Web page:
Secondary Logo

Journal Logo

Case Reports

Do Some Adolescents With Rumination Syndrome Have “Supragastric Vomiting”?

Fernandez, Sergio*; Aspirot, Ann*; Kerzner, Benny; Friedlander, Joel; Di Lorenzo, Carlo*

Author Information
Journal of Pediatric Gastroenterology and Nutrition: January 2010 - Volume 50 - Issue 1 - p 103–105
doi: 10.1097/MPG.0b013e318198161d
  • Free

Rumination syndrome is defined by the Rome III criteria as repeated painless regurgitation and rechewing or expulsion of food within minutes of starting a meal (1). It is a phenomenon considered normal in ruminant animals, but its occurrence in humans is always pathologic. This syndrome had been reported in the past as being prevalent among infants and adults with developmental disabilities (2,3), but more recently its recognition has increased among children, adolescents, and adults with normal intelligence (4,5). The pathophysiology of rumination remains incompletely understood. The aim of this article is to describe 2 cases of adolescent girls with rumination syndrome in which we identified a new pathophysiologic mechanism similar to what has been described in supragastric belching (6). We termed it “supragastric vomiting” and to our knowledge it has not been described before.

CASE 1

A 14-year-old girl, previously healthy, experienced an episode of viral gastroenteritis with profuse vomiting for several days followed by several months of effortless vomiting of both liquids and solids immediately after or during meals. There was no pain or nausea and she had a 7-kg weight loss in 6 months. There were no nocturnal symptoms. She underwent an extensive workup, which included routine serum, urine, stool studies, upper gastrointestinal series, esophagogastroduodenoscopy, abdominal ultrasound, computed tomographic scan, and magnetic resonance imaging of the head and hepatobiliary iminodiacetic acid scan, all providing normal results. She was treated with erythromycin, metoclopramide, cisapride, domperidone, ondansetron, and omeprazole without significant improvement. Subsequently, she developed an inability to swallow solids and liquids and gastrojejunal feedings were initiated.

A nuclear medicine esophageal transit study showed that when the radioactive water was swallowed there was bolus movement through the esophagus distally, but only a small amount entered the stomach. Within 2 seconds there was reverse transit back to the upper esophagus, followed by vomiting. An antroduodenal manometry demonstrated normal motility. An esophageal manometry showed normal esophageal motility when saliva was swallowed and a series of deep inspirations followed by simultaneous pressure waves associated with gagging and vomiting when water was offered (Fig. 1A).

FIGURE 1
FIGURE 1:
Representative segments from the esophageal manometries. A, Patient 1; B, patient 2.* Shows normal esophageal peristalsis. The arrows show a deep inspiration preceding gagging and an attempt to swallow.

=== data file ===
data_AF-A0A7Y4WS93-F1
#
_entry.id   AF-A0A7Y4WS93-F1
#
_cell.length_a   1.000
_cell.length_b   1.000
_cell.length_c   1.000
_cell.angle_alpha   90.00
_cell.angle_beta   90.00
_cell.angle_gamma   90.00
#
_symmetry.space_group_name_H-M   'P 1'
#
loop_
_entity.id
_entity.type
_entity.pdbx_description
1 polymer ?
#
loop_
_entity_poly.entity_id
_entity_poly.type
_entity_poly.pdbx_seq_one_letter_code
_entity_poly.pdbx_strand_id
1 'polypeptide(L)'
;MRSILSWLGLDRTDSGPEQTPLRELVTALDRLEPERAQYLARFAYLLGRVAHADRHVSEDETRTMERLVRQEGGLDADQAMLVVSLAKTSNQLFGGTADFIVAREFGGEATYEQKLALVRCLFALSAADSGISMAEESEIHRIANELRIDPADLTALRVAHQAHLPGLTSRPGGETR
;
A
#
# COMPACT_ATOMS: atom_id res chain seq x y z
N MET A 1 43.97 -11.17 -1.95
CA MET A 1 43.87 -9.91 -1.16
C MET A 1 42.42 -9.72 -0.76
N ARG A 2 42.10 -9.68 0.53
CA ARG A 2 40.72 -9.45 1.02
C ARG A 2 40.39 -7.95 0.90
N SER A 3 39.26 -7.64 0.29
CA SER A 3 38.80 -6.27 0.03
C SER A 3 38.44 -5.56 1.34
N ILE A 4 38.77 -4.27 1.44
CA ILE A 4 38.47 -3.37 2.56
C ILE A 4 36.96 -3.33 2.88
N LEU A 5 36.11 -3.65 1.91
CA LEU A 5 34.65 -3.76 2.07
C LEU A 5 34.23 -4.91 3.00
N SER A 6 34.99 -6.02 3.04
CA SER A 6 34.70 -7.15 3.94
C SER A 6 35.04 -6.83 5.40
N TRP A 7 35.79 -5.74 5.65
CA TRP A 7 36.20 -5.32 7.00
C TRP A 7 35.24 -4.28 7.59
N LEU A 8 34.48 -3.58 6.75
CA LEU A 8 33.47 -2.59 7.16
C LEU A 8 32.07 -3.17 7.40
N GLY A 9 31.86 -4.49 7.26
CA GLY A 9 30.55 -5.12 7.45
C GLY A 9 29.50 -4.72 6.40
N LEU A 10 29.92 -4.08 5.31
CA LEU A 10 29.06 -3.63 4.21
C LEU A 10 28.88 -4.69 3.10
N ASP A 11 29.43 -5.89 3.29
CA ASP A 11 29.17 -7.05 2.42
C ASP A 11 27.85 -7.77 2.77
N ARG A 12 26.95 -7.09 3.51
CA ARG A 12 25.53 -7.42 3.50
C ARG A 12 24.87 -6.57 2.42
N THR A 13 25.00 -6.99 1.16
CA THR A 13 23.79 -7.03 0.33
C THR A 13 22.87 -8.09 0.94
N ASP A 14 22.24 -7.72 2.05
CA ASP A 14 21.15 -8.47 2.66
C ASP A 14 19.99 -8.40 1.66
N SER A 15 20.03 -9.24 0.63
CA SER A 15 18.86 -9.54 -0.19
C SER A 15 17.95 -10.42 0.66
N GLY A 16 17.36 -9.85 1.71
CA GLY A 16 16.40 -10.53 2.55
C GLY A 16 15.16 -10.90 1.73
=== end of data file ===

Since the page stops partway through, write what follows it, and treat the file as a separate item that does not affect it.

An intensive multidisciplinary approach was instituted with participation of members from gastroenterology and psychiatry. There was a slow, steady improvement of symptoms over 12 months with the ability to swallow food followed subsequently by the ability to avoid regurgitation. She has resumed all of her normal activities and is able to tolerate full feedings by mouth.

CASE 2

A 12-year-old girl was in her usual state of health until she had an episode of several days of emesis believed to be secondary to a viral gastroenteritis. For the following 6 months she complained of a variety of somatic symptoms including vomiting during and immediately after each meal, abdominal pain, weight loss, and fatigue. There was no nausea and no vomiting at night. She was hospitalized several times and underwent extensive investigations including magnetic resonance imaging and magnetic resonance spectroscopy of the brain; 2 esophagogastroduodenoscopies, which showed normal mucosa; an upper gastrointestinal series, which demonstrated no anatomical defect; and a nuclear medicine gastric emptying study of a solid meal, which showed several episodes of reflux and a mildly delayed gastric emptying. Several medications were tried including esomeprazole, metoclopramide, domperidone, erythromycin, tegaserod, hyoscyamine, amitriptyline, ondansetron, sucralfate, and citalopram without improvement in her symptoms. Because of persistent vomiting, a gastrojejunal feeding tube was placed. Her symptoms changed from chronic vomiting to difficulty in swallowing solid food.

At the time of her visit to our motility center, she was able to swallow water and saliva without difficulty; however, when eating solids she immediately brought the food up to the point that it was unclear whether she even swallowed the food. An esophagogram revealed that the barium reached the stomach without difficulties when given as such, but when a cracker was coated with barium, the material was swallowed, and after reaching the lower part of the esophagus, part of it was regurgitated. It was then followed by normal esophageal peristalsis, which cleared the residual barium. An antro-duodenal manometry showed no abnormalities suggestive of an intrinsic motility disorder. An esophageal manometry demonstrated normal peristaltic sequences when she was swallowing her own saliva or a small amount of water. When given pudding the patient gulped air followed by regurgitation of some of the swallowed food. This phenomenon was associated with an increase in pressure throughout the esophagus followed by a peristaltic sequence (Fig. 1B). The findings of the manometry study and the esophagogram were discussed with the child and her parents and allowed us to point out the behavioral nature of the problem. Behavioral changes were instituted and the patient began to be able to swallow food again. After another apparent “viral gastroenteritis,” she developed more classic rumination behavior, underwent a 3-week hospitalization, and is currently making great progress while receiving further behavioral treatment consisting of diaphragmatic breathing and progressive, slow increase in the size and consistency of food ingested.

DISCUSSION